Joanne Simpson

Warm Core Mystery

At about this time, Dr. Robert Simpson of the U.S. Weather Bureau, who had also been a Ph.D. student of Riehl’s, founded the multi-aircraft Hurricane Research Project, based at Palm Beach Florida. Simpson, who had gone on to work at the University of California Los Angeles, was invited to come down and study the new data. With this amazing opportunity, Simpson made new discoveries on how the “eye” of the hurricane works. Before Simpson’s work with Riehl and (Bob) Simpson, meteorologists did not have an understanding of how the “heat engine” inside a hurricane worked. How did hurricanes sustain their tremendous power as they moved over great distances?

Photograph of Joanne Simpson and Herbert Riehl

Joanne Simpson (second from right) collaborated with Herbert Riehl (right) and Bob Simpson (second from left) to extend her theories of “hot towers” to hurricanes. Standing in front of Simpson is her daughter, Karen Elizabeth Malkus. (Photograph courtesy Joanne Simpson and the Schlesinger Library)

Scientists knew that the eye, or center, of a hurricane was made of a ring of towering clouds around a core of warm air and water, but they couldn’t explain how a core 10-18 degrees Celsius warmer than the surrounding area was created and sustained. Simpson solved an important part of the “warm core” mystery when she applied her “hot-tower hypothesis” to hurricanes. Hurricane winds spray warm water off the tops of ocean waves, and it easily evaporates into water vapor. The heat of the warm ocean water is latent—hidden—in the water vapor. Simpson proposed that a few of the huge cloud towers in the eyewall are active at any one time and that inside these “hot towers” the warm air rises, and water vapor condenses. During condensation, the heat that was latent in the water vapor is released into the upper part of the hurricane eyewall, shedding some of the high energy air into the eye on the way. This process maintains the essential warm core.

TRMM Image of Hot Tower in Hurricane bonnie

The Tropical Rainfall Measuring Mission (TRMM) provided dramatic confirmation of hot towers in hurricanes when it collected data of Hurricane Bonnie on August 22, 1998. A column of intense rainfall rose to the astonishing altitude of 18,000 meters (59,000 feet)—twice the height of Mt. Everest. (Image courtesy NASA GSFC Scientific Visualization Studio, based on data provided by the TRMM science team.)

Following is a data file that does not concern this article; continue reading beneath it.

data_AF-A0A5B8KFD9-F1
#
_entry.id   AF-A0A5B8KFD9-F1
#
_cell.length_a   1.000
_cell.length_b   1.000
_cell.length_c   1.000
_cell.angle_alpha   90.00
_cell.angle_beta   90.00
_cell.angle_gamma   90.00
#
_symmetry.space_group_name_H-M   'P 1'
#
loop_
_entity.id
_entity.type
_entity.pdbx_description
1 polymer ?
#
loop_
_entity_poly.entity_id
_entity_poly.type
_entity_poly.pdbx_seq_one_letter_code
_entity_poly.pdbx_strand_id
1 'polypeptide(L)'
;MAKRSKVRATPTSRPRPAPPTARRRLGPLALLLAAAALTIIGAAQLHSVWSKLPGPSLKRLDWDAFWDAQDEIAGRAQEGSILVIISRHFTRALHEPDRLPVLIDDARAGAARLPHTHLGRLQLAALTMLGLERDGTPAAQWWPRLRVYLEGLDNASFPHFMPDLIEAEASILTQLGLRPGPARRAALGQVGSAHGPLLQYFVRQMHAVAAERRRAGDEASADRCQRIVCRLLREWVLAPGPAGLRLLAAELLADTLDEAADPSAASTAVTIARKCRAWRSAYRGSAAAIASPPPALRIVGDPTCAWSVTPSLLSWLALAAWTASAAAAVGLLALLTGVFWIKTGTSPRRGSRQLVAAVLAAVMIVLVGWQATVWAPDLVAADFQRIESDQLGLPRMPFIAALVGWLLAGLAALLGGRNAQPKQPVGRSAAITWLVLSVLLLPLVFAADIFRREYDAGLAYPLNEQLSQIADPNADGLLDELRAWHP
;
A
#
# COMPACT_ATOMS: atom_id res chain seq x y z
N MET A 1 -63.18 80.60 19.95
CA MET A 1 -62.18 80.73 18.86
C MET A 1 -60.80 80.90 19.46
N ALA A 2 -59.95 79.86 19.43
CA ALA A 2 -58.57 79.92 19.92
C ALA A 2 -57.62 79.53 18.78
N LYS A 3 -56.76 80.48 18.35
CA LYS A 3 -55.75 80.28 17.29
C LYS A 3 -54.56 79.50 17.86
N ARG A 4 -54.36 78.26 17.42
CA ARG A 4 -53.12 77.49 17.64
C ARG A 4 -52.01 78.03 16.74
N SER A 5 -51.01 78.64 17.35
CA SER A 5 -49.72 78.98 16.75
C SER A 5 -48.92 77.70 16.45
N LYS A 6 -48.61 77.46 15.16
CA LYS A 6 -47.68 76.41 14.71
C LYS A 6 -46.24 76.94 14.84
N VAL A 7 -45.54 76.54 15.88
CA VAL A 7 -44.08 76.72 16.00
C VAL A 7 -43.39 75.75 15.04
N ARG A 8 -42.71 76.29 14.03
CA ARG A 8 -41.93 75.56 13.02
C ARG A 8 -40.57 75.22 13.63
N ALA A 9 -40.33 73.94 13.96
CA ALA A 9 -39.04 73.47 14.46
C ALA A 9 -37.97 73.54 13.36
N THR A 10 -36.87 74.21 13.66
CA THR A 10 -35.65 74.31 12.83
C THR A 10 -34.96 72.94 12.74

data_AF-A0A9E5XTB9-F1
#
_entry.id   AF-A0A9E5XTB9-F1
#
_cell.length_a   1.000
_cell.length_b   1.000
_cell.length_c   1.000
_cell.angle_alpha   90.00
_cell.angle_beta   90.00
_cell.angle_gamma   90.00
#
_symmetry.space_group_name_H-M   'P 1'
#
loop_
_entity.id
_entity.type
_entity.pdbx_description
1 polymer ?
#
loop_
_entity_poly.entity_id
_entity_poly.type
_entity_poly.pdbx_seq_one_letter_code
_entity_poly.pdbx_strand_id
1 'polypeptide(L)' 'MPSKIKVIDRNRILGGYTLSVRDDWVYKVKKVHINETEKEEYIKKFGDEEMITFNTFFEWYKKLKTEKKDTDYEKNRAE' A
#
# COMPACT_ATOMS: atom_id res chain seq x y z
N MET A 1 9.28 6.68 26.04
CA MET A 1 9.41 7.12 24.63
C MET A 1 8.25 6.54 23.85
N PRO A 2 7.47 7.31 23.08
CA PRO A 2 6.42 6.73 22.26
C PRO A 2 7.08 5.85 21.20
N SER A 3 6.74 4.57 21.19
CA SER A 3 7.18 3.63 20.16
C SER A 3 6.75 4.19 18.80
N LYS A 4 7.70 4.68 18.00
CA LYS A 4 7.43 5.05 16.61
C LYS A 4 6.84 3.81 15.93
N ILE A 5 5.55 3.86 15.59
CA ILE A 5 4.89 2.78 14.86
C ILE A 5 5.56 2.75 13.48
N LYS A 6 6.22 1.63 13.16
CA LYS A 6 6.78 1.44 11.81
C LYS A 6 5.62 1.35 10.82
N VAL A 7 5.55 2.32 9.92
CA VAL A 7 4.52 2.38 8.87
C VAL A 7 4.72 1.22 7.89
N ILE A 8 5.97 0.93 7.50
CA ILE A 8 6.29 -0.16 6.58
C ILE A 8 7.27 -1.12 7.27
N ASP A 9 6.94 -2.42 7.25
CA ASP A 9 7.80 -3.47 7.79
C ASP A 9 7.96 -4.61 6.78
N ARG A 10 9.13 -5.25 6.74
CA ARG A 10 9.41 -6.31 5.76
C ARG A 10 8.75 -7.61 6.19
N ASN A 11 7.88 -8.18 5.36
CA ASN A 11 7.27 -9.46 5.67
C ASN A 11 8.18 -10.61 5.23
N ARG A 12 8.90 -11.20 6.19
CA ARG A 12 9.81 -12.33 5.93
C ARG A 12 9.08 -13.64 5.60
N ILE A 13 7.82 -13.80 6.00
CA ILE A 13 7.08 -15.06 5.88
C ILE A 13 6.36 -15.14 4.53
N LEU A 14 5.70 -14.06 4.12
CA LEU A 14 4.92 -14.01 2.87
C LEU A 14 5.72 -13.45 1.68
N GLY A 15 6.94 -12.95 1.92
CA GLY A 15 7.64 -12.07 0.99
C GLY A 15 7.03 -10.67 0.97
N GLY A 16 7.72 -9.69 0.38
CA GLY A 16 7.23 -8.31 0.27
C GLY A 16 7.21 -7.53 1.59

The release of the latent heat strengthens the low-pressure center in the eye of the hurricane, and winds rush in to fill that low-pressure “void.” The intensified winds suck up more heat and moisture from the ocean. The evaporated ocean water condenses once again into water droplets, replenishing the moisture in the storm clouds, and releasing even more latent heat. Simpson’s “hot-tower hypothesis” explained how this self-sustaining engine can drive the hurricane until it hits land or runs into colder water, or encounters one of the other “hurricane enemies” such as wind shear that can tear the warm core apart.


Simpson solved an important part of the of the 'warm core' mystery when she applied her 'hot-tower hypothesis' to hurricanes.

Diagram of Hurricane Shear

Simpson’s landmark paper, “On the structure and maintenance of the mature hurricane eye,” described the heat transport in hurricanes. (Diagram from Malkus, 1958)

As if unraveling the mysteries behind tropical circulation and hurricanes weren’t enough, Simpson also created the first cloud model. “From the beginning my greatest dream was to be able to make a model of a cloud that was either an analytic equation or a computer model,” says Simpson. She says that her first model was a one-dimensional depiction of a buoyant cloud plume growing vertically. At first, she used a slide rule to do the calculations because computers had not been invented. Despite the model’s limitations, Simpson’s work sparked an entire field of study within meteorology. Around the time when she began working on cloud models, there were two or three other people in the field. After only a year or two, there were up to about 350 meteorologists working on cloud models and related observations. The popularity was largely driven by scientific and practical interest in cloud seeding and weather modification.

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